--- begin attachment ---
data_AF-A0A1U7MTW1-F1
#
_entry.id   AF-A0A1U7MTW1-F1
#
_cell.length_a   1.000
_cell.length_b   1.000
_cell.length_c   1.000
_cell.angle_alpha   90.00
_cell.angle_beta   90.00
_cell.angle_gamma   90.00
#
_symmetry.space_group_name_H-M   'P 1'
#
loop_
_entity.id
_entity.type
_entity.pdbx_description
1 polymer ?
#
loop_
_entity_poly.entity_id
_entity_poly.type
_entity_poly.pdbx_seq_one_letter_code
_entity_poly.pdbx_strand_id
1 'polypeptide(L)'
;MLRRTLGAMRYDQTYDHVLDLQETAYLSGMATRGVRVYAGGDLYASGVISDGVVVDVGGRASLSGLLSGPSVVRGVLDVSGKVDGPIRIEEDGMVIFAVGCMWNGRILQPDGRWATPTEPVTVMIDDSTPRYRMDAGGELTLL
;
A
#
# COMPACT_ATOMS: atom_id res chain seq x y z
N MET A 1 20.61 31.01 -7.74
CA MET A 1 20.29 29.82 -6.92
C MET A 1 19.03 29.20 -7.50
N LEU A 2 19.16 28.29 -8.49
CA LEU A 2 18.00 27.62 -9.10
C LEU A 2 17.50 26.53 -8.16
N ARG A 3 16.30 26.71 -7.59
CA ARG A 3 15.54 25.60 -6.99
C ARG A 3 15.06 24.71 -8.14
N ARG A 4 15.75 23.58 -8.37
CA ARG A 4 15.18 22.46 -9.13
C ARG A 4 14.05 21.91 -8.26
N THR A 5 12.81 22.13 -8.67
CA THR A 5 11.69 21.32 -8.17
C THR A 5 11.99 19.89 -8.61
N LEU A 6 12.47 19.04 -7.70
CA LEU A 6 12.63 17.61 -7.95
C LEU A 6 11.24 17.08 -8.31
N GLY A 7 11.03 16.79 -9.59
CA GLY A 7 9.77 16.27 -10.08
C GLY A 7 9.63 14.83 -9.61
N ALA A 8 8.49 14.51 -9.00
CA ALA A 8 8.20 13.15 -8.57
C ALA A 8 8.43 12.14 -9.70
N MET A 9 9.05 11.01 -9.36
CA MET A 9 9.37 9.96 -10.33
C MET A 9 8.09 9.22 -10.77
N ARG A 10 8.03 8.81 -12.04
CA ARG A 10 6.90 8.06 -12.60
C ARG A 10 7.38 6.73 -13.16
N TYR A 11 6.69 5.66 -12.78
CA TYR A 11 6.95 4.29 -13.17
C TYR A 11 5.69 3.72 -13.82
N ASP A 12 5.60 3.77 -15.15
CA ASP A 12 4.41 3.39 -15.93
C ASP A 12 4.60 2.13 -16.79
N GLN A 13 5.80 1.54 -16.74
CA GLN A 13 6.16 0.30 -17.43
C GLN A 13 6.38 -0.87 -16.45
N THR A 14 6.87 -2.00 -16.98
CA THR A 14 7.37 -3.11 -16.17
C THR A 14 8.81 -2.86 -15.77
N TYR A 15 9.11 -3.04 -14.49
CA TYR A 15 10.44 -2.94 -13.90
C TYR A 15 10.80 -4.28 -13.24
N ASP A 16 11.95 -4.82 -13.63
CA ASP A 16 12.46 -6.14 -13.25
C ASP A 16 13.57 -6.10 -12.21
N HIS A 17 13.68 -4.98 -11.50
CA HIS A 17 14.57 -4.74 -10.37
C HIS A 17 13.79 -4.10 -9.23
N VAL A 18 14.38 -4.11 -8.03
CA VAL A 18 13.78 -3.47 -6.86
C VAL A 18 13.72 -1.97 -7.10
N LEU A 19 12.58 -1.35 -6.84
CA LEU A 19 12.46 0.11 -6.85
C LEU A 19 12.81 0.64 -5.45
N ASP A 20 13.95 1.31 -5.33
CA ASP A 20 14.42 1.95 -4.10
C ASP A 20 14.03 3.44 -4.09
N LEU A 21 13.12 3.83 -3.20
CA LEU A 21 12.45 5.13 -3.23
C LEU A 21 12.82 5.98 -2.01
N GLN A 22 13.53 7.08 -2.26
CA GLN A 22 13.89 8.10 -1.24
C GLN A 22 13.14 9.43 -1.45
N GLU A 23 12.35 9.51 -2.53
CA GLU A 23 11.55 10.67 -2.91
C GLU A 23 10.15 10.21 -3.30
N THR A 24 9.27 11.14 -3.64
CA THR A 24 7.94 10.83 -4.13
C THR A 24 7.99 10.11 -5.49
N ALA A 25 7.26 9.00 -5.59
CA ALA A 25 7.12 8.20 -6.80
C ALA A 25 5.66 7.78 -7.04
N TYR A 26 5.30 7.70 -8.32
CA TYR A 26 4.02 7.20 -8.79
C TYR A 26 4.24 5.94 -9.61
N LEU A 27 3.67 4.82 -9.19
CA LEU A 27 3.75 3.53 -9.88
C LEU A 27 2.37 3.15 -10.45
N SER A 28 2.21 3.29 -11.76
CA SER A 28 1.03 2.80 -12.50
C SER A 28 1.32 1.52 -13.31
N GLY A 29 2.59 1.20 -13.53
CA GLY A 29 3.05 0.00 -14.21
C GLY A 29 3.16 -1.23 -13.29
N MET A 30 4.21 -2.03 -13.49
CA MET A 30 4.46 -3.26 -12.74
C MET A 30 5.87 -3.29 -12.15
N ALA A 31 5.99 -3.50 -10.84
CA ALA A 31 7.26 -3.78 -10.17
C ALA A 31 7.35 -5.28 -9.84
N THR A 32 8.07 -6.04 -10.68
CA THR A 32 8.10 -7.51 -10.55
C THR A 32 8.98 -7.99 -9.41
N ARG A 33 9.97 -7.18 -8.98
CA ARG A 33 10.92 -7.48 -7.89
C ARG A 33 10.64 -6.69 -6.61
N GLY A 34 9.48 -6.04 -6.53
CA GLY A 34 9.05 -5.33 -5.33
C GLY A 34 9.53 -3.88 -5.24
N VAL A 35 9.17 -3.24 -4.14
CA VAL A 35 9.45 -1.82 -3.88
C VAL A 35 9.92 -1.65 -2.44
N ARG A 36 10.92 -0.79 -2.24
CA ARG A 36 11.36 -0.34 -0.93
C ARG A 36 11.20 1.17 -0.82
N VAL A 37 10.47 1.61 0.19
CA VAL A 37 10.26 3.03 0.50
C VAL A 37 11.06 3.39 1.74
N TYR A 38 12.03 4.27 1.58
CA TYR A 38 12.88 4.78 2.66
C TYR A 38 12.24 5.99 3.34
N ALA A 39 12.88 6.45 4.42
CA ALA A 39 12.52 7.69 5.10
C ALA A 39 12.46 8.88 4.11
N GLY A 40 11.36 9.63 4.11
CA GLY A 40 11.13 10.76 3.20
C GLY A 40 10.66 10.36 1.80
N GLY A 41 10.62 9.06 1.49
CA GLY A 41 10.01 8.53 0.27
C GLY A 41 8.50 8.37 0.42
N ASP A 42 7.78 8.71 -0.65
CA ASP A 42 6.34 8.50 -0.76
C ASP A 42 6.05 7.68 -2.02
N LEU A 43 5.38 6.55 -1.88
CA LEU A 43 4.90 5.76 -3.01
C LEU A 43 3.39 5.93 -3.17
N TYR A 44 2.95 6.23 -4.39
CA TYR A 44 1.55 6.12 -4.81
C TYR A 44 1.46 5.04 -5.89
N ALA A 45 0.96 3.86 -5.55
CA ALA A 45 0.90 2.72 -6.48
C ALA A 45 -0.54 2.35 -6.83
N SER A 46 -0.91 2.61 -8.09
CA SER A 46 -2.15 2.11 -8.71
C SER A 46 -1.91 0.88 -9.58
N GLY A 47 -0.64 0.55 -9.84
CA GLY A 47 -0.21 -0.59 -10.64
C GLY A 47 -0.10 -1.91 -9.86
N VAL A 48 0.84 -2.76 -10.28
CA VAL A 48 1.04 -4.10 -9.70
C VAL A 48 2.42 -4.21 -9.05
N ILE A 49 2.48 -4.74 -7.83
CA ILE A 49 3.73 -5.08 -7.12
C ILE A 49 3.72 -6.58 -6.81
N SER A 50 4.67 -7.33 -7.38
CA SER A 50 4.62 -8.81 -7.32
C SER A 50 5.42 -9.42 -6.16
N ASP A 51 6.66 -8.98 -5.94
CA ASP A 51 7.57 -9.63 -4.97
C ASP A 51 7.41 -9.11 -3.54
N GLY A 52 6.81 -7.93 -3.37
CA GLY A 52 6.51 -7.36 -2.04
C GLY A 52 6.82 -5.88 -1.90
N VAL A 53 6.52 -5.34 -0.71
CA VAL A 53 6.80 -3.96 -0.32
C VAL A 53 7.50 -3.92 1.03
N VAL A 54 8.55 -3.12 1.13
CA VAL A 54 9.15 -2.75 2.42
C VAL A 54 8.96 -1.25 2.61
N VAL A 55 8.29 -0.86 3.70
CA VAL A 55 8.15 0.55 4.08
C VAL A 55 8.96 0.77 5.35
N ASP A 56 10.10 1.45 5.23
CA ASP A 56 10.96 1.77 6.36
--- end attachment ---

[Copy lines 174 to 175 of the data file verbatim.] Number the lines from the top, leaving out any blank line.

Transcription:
C VAL A 48 2.42 -4.21 -9.05
N ILE A 49 2.48 -4.74 -7.83